I found help with that where I didn’t expect it. My curiosity made me listen to a bit of Miyamoto Musashi’s philosophy, just a bite. And I also listened to a summary of Marcus Aurelius’s meditations on my daily walk. Nothing of this was forced, I was just curious and wanted to know about these ideas for a long time. Obviously, I can’t digest all of it in a day, but I have finally made a start digging in at all, taking action. I am also aware of the danger of the illusion of getting things done while actually just listening to things that can broadly be categorized as „self-help“ or „self-improvement“ . But it couldn’t hurt to listen to thinkers whose way of seeing and navigating the world still hold up enough that people still are interested in their ideas. And an impact it had.

You see, Musashi and Aurelius don’t have anything to do with each other. They’re from different times and cultures, but weirdly enough the timeless wisdom they’re famous for, kind of overlapped in my head. At least I didn’t find obvious contradictions on the superficial level I’m on. Both lived lifes of an admirable level of focus and commitment. And apparently walking away from places where you get shallow approval by random strangers is exactly what both would advise to do. Trying to collect things or people instead of dealing with the work in front of oneself will not help, complaining about how unfair or challenging something is just for the sake of complaining will not help, even if it’s true. Looking for a solution to problems will help, doing the actual work, while not spreading oneself too thin. Aurelius says it better than me. Doing less things better leads to a more tranquil life. Not avoiding adversities, they are unavoidable, just hoping you are strong enough in character to persist and overcome them and grow through them. I really like these ideas. I even got offered an answer for what’s the goal in life. So it’s not about popularity or material success, there’s something that is even more important and that’s to never stop learning and developing the mind and to serve humanity with whatever you were given to serve it. Can you imagine how rich this is, especially when it’s coming from a Roman emperor? Aurelius, at one point, was the most powerful man in Rome, but his diary said he saw himself as a servant. And that probably kept him sane, who knows?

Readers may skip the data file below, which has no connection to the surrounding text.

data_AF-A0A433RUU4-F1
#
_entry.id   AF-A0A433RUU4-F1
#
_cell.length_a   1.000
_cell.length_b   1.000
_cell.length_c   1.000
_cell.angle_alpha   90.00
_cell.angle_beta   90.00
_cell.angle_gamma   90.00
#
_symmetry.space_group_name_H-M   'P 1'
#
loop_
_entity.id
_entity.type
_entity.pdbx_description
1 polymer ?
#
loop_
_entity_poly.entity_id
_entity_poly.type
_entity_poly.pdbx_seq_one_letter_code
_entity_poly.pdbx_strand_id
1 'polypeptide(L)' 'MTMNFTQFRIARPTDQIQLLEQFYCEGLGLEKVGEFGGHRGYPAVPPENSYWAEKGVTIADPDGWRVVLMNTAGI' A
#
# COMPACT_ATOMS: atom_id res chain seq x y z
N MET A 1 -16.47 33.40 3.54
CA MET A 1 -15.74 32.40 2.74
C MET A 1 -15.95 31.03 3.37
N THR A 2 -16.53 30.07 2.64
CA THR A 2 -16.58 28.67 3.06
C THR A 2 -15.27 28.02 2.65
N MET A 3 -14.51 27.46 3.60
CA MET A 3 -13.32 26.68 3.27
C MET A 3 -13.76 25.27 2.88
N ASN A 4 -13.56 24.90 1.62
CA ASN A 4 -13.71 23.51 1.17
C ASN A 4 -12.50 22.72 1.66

I think it makes a lot of sense to think this way. Without humility, you have sky high expectations of what you are and what you are entitled to and you’ll get burned, even if you actually get it. It’s a recipe to divulge in drama and lose one’s way. Also your sight and foresight probably isn’t that great when there’s a mountain sized ego in the way.